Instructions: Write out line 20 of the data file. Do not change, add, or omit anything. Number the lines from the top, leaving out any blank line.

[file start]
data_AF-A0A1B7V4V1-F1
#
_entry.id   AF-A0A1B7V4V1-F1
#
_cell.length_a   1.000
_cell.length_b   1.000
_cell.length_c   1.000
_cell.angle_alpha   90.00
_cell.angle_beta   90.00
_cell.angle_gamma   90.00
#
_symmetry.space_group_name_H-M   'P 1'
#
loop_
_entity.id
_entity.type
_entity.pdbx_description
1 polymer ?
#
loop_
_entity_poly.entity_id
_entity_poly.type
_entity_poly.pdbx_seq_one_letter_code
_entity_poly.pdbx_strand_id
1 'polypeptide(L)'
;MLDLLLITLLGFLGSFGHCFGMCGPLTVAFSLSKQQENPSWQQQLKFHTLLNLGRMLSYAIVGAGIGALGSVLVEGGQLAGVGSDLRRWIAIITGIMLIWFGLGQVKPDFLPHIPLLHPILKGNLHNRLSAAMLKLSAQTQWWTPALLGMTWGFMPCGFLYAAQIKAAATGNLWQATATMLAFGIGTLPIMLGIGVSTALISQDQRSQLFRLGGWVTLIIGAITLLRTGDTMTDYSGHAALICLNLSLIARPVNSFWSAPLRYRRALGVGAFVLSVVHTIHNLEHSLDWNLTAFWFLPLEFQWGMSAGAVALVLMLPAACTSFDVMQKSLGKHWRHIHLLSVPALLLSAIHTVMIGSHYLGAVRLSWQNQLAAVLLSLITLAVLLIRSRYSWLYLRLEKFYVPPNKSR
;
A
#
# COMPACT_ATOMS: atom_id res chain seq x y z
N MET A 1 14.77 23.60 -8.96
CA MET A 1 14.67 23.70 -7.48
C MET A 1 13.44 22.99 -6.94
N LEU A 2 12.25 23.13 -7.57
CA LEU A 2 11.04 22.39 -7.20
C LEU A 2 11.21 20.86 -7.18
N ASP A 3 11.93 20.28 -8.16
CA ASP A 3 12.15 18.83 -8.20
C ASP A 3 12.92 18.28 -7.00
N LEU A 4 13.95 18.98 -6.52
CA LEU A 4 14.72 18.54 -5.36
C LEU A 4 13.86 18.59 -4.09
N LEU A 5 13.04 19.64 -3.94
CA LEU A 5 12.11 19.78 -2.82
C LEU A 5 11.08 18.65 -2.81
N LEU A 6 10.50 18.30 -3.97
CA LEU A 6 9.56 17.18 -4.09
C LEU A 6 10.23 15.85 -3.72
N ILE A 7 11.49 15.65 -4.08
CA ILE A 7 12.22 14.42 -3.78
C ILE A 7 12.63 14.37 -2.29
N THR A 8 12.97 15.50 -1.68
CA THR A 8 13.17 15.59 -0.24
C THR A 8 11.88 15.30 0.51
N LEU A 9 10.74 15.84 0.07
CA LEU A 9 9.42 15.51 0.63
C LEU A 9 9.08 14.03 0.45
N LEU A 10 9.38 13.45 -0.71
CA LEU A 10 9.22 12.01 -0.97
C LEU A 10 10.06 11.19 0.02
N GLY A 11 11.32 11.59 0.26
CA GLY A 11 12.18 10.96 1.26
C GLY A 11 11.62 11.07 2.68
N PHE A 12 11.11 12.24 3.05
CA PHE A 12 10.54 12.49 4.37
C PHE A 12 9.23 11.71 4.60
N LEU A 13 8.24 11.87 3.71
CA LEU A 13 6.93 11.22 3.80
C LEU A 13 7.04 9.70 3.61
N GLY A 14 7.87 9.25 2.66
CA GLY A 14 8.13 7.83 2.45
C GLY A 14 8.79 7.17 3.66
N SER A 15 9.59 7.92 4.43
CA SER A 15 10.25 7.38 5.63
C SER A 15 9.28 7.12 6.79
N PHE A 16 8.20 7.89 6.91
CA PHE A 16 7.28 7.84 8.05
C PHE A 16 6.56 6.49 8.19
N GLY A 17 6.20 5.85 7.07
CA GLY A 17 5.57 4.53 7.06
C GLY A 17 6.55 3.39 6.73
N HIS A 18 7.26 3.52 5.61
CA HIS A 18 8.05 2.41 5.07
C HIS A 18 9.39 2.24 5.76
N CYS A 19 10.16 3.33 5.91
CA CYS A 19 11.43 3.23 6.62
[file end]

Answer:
loop_